The Judical Nomination Process

What is the nomination process for Supreme Court justices and federal judges? Find out in a multimedia package of educational resources geared to high school students, their teachers, and interested adults. What do judges promise in the judicial oath of office? What is the role of justices and judges? What kinds of information are nominees asked to share during the nomination process? What do judges, themselves, say about what it means to be impartial?

  • Resource Type: Lesson Plans, Modules (Teaching Unit), Primary Sources
  • Subject: Judicial Branch/Supreme Court
  • Grades: 9, 10, 11, 12

Court Shorts: Separation of Powers

In a five-minute video, federal judges offer insights into their thinking about the separation of powers and describe how healthy tensions among the branches have a stabilizing effect on democracy. The judges also share their respect for and commitment to this founding principle, which has an impact on everyday American life.

  • Resource Type: Video
  • Subject: Judicial Branch/Supreme Court
  • Grades: 8, 9, 10, 11, 12

Pathways to the Bench

U.S. District Court Judge Donovan Frank, of Minnesota, is featured in the latest installment of the Pathways to the Bench video series produced by the Administrative Office of the U.S. Courts to inspire and inform the public about the human face of the federal judiciary. In the series, individual judges talk about the personal, character-building challenges that have prepared them to serve on the bench. In this brief video, Judge Frank says that adversity has made him a better person and a better jurist.

  • Resource Type: Video
  • Subject: Judicial Branch/Supreme Court
  • Grades: 6, 7, 8, 9, 10, 11, 12

FAQs: Juries

Eleven short videos feature constitutional experts, lawyers and judges who discuss juries and jury service, including the English and American histories of juries, what to expect as a juror, how a trial works, how grand juries work, and insights from judges, prosecutors and defense lawyers.

  • Resource Type: Video
  • Subject: Judicial Branch/Supreme Court
  • Grades: 7, 8, 9, 10, 11, 12

Dialogue on the Fourteenth Amendment

The American Bar Association Dialogue program provides lawyers, judges and teachers with the resources they need to engage students and community members in a discussion of fundamental American legal principles and civic traditions. This Dialogue on the Fourteenth Amendment is composed of three parts:
Part 1: Equal Protection and Civil Rights – Participants discuss the equal protection clause of the 14th Amendment and consider how Congress, through federal legislation, has worked to help realize its constitutional promise.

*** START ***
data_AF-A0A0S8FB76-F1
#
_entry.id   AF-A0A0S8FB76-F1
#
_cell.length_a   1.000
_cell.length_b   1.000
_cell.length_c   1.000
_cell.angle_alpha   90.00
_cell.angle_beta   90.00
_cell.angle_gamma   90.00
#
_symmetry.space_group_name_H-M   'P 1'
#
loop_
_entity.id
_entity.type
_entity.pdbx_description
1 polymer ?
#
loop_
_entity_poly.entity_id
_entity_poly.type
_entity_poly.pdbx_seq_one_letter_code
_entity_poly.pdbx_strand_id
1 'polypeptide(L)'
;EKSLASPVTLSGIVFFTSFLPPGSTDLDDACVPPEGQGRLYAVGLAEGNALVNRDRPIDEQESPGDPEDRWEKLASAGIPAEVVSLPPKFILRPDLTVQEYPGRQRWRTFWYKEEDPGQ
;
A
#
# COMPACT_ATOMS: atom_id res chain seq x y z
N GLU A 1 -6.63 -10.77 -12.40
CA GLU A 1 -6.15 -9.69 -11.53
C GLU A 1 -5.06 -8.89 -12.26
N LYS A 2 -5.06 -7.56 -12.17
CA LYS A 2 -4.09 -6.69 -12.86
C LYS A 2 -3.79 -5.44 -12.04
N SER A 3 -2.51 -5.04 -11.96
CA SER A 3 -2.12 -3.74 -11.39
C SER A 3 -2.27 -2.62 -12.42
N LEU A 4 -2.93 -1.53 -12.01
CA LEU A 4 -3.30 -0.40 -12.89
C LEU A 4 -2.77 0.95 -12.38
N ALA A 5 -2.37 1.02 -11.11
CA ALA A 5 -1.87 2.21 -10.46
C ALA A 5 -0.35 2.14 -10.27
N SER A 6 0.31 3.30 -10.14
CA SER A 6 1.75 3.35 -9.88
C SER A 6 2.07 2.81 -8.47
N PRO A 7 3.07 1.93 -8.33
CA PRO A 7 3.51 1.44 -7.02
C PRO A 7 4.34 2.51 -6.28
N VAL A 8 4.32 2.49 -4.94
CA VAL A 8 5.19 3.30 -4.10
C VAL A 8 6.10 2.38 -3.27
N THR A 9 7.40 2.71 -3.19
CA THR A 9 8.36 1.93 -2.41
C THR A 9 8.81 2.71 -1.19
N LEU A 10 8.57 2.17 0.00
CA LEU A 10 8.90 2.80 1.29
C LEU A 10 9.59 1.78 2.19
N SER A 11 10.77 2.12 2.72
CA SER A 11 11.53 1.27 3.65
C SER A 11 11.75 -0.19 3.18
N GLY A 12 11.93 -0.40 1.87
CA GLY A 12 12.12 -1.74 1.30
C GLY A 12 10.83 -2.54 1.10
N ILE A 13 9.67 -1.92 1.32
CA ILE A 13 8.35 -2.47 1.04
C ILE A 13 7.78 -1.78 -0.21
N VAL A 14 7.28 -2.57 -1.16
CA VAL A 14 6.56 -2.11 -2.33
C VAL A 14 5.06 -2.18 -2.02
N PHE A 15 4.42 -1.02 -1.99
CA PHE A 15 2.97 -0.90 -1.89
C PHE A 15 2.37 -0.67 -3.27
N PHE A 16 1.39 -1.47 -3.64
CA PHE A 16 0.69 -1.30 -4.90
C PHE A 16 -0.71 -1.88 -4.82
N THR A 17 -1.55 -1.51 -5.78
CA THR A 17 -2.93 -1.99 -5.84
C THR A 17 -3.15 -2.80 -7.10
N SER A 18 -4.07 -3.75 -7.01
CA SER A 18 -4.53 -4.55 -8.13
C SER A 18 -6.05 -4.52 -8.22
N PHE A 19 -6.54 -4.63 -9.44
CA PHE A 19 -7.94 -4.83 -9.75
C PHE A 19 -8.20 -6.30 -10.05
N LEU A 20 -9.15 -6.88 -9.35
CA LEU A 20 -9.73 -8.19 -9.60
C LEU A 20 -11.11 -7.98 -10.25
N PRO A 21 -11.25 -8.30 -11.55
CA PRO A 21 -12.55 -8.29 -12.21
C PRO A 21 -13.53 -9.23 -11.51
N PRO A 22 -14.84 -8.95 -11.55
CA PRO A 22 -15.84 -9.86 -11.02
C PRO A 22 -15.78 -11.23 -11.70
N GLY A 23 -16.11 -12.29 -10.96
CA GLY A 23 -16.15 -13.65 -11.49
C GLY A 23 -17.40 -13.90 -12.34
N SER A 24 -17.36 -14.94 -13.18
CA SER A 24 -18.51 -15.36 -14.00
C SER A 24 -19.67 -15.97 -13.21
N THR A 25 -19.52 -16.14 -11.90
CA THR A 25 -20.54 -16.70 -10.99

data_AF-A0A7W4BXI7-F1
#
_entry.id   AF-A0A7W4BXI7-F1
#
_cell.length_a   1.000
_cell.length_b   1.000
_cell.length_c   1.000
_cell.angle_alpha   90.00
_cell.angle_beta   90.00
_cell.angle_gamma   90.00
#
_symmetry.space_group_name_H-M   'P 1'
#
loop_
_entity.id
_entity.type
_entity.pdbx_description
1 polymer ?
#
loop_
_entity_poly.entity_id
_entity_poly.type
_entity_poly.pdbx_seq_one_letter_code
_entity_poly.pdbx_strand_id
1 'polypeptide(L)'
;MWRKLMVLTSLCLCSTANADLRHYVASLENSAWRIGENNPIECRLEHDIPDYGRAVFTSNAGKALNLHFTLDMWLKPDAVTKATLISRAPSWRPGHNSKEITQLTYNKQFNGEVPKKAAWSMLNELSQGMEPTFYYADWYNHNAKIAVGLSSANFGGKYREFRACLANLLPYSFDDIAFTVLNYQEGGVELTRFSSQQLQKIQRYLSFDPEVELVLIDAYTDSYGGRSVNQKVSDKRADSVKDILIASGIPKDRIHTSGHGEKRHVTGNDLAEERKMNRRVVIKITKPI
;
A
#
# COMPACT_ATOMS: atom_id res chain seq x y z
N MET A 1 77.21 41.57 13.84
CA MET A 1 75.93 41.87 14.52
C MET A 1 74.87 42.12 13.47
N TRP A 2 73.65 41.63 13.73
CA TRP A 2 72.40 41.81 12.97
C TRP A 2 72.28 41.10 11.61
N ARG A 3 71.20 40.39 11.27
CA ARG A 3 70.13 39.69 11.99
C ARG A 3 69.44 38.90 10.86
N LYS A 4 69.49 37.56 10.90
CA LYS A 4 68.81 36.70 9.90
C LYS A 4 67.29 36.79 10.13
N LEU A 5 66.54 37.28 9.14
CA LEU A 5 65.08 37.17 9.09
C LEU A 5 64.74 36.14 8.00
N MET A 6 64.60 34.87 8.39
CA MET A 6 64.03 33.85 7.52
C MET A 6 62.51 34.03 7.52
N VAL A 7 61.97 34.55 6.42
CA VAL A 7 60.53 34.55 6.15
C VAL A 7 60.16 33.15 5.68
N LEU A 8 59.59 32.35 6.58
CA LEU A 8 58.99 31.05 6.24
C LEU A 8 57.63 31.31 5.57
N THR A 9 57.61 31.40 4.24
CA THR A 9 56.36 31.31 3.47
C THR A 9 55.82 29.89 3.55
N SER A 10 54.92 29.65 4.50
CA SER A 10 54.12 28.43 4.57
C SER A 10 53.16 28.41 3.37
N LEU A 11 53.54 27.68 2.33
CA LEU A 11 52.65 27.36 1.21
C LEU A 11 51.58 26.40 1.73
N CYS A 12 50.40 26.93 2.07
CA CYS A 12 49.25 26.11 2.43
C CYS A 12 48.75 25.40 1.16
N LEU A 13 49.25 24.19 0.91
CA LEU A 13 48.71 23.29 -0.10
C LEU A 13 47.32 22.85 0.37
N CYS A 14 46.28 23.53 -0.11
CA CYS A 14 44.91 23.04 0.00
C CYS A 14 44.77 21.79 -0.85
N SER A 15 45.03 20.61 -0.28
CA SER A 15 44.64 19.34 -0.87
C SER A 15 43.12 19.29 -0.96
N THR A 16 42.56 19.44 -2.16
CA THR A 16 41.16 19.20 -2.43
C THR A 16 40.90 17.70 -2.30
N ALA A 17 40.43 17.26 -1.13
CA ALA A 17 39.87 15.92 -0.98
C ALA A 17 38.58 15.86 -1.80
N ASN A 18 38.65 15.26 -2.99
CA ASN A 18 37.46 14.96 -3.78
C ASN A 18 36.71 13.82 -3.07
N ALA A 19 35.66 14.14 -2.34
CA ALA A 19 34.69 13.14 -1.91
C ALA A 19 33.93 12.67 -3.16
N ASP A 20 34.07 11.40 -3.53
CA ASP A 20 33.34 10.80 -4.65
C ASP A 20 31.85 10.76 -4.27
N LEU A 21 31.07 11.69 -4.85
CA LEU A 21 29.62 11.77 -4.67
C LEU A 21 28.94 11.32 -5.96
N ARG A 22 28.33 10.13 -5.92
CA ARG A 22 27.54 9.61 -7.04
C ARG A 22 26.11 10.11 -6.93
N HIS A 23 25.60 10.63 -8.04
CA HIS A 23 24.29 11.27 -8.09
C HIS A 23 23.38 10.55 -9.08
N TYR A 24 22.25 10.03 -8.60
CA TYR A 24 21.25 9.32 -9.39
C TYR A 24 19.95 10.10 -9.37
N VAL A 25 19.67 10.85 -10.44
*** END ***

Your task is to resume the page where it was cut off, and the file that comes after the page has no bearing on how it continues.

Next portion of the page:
Part 2: Incorporating the Bill of Rights examines the concept of incorporation. Using a case study of Gitlow v. New York, this section provides a guide to how courts have applied the Bill of Rights, selectively, to the states using the 14th Amendment.
Part 3: Ensuring Equality and Liberty explores how the 14th Amendment has been interpreted by courts to protect fundamental freedoms, including individuals’ right to marry.

  • Resource Type: Lesson Plans, Timelines
  • Subject: Foundations of Democracy
  • Grades: 10, 11, 12

Moments in History: Remembering Thurgood Marshall

Few people know the legal mind of justices or judges as well as the law clerks who have worked with them. Justice Thurgood Marshall’s former law clerks offer unique insights into the character, values, and thought processes of the first African American to serve on the Supreme Court of the United States.  In this 8.5-minute video called “Moments in History:  Remembering Thurgood Marshall,” prominent lawyers reminisce about the examples of compassion and courage they saw in the life and work of this legal legend.  

  • Resource Type: Video
  • Subject:
  • Grades: 8, 9, 10, 11, 12

What Makes a Good Judge?

This lesson focuses on the costs and benefits of various judicial selection methods. Students will list characteristics they think essential or valuable to being a good judge, and then see which system of judicial selection – appointment, merit, or election – obtains the highest quality judges. In discussing each method, students will understand the tradeoffs between accountability and independence in judicial selection.

  • Resource Type: Lesson Plans
  • Subject: Judicial Branch/Supreme Court
  • Grades: 6, 7, 8

The Constitutional Convention: Should Judges Judge Laws?

History is the chronicle of choices made by actors/agents/protagonists in specific contexts. This simulation places students at the Constitutional Convention and asks them to engage with a problematic question: Who should have the final say in deciding whether a law or executive action is constitutional? Students will explore this in theoretical, practical, and political contexts. If one branch has the final say, does that negate the separation of powers? But if no branch has the final say, how are inter-branch disputes to be settled? If unelected justices of the Supreme Court can nullify legislative and executive measures, does that fly in the face of popular sovereignty? On the other hand, if constitutional interpretation is left to “the people,” how might that work, and might that lead to political turmoil?

  • Resource Type: Interactives, Lesson Plans, Modules (Teaching Unit), Primary Sources
  • Subject: Judicial Branch/Supreme Court
  • Grades: 9, 10, 11, 12